Soil is the interface between the living and the non-living, providing humans with 99.7 per cent* of all food consumed worldwide.

Globally, we’re dependent on the provision of ecosystem goods and services mediated by soils, estimated to be worth $US11 trillion per year. But soil systems are experiencing unprecedented pressure due to an increasing world population and a concurrent decrease in available productive land. In the coming decades, soil scientists will play an increasingly important role in helping to address these persistent and inter-connected global issues.

Soil science examines the thin, outermost layer of the Earth’s crust, integrating the disciplines of physics, biology, chemistry, ecology and statistics.

Soil is the Earth’s most complex system, with one gram of soil harbouring up to 1 billion bacterial cells with up to 50,000 different species. It provides a range of services and functions, including food production, processing and recycling of nutrients, water purification, habitat for soil organisms, foundation for infrastructure, and modification of the atmosphere.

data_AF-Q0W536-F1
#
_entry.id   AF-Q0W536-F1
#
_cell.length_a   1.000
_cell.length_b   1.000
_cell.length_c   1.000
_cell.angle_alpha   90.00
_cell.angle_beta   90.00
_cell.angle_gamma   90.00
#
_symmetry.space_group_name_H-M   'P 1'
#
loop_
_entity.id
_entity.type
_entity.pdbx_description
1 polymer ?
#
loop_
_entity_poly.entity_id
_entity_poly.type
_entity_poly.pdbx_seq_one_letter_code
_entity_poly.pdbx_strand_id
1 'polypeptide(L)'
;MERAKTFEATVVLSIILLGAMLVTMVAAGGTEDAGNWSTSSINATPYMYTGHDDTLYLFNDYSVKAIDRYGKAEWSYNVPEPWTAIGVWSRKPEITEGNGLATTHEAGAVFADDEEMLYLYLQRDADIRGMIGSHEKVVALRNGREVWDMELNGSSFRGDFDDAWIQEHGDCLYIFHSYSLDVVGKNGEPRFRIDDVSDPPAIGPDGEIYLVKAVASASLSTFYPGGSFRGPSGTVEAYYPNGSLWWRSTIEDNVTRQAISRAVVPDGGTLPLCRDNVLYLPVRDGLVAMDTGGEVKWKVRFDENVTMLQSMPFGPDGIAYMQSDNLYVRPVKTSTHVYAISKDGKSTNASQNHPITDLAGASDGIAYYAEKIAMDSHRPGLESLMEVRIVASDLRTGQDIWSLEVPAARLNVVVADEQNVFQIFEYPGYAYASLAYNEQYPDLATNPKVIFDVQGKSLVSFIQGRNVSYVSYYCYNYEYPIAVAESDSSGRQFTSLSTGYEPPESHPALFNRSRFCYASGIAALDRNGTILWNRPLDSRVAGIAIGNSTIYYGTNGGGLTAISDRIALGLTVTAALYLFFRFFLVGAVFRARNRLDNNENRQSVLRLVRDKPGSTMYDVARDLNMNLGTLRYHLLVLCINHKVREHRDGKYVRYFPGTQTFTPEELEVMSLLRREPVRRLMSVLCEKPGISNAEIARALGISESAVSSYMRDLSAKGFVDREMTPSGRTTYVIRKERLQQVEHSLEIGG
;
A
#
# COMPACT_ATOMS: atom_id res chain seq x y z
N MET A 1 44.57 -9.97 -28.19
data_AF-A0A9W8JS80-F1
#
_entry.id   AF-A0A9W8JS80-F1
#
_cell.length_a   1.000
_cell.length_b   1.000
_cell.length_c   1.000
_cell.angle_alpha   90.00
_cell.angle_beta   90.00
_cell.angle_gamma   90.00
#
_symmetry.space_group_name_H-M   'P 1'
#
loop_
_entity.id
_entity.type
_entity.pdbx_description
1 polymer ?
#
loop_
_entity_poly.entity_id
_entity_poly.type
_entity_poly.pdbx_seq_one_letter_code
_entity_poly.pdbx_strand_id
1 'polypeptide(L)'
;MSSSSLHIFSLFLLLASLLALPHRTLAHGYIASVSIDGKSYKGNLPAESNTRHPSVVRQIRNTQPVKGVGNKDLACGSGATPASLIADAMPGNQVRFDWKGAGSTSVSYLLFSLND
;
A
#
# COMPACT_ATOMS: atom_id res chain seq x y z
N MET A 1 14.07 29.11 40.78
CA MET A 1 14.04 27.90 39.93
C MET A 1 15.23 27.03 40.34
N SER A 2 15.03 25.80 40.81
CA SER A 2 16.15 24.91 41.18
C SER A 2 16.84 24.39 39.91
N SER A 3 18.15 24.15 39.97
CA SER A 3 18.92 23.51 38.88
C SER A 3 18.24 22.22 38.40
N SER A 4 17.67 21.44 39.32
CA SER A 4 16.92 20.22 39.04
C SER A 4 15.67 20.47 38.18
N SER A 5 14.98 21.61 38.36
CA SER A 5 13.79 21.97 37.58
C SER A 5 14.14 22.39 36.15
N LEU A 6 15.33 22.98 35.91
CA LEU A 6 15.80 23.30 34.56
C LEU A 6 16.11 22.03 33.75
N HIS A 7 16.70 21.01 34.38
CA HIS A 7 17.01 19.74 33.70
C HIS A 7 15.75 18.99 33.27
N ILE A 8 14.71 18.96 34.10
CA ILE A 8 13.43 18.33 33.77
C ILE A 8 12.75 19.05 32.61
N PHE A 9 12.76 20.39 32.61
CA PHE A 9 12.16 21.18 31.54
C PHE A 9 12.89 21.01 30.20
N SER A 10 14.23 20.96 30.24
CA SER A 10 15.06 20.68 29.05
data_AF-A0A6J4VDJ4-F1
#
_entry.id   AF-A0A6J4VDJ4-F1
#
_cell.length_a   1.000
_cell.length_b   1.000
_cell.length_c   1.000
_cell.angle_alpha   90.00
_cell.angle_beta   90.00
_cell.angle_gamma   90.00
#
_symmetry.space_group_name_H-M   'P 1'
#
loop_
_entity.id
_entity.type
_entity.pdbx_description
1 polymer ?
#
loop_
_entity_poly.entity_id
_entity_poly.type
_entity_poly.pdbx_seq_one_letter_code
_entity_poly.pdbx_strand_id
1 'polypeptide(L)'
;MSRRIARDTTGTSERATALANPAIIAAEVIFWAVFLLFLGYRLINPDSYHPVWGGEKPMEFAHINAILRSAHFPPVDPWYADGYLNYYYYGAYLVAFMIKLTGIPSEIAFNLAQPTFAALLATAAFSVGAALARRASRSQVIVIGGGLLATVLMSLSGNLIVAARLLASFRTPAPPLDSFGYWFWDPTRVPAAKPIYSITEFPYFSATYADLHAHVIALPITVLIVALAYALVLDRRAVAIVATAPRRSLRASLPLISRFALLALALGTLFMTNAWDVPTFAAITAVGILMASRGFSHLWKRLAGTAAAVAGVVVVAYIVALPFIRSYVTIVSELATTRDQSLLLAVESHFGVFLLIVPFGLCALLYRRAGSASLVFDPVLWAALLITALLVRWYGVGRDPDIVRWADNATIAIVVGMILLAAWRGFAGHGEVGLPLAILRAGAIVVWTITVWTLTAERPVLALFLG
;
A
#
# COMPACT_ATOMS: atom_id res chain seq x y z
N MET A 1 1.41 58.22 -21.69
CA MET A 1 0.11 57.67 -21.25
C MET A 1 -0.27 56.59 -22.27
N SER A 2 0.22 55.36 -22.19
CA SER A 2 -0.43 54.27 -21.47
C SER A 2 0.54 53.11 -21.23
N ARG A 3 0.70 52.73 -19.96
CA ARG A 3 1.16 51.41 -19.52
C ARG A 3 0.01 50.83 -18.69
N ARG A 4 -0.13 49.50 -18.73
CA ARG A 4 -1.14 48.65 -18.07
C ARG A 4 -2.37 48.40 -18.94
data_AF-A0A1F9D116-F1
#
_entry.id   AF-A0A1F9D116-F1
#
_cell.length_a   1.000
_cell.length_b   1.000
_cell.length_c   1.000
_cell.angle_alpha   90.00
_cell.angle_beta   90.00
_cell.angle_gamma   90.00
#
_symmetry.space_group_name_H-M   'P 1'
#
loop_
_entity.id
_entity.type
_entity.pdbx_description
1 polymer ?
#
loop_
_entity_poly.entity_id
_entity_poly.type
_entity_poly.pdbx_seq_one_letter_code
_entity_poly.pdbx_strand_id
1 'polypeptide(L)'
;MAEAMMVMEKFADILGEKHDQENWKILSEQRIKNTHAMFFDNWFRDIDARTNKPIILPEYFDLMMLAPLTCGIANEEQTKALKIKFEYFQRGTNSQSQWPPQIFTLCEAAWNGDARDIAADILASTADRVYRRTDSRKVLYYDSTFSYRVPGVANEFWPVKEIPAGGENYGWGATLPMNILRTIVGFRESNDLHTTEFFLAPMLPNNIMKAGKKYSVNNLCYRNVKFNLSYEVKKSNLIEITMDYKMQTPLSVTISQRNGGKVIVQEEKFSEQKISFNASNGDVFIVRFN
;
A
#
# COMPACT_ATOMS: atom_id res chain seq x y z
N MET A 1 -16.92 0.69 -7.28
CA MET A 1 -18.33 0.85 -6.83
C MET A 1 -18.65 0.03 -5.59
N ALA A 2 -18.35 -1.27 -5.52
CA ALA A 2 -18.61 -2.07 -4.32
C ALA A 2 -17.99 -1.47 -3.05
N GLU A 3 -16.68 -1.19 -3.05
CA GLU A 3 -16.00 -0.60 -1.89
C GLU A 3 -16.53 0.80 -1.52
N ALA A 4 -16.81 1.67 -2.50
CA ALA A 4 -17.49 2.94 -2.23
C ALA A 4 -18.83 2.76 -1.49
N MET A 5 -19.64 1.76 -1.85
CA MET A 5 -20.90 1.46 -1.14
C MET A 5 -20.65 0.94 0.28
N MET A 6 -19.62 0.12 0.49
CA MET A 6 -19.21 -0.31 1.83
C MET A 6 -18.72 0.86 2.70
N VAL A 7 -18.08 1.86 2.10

You'll learn about all of these complexities on our soil science courses, which cover varied subjects such as the chemical, physical, and biological properties of soil, the importance of maintaining and enhancing soil fertility, and how these soil properties relate to land use and management decisions.

*Food and Agriculture Organization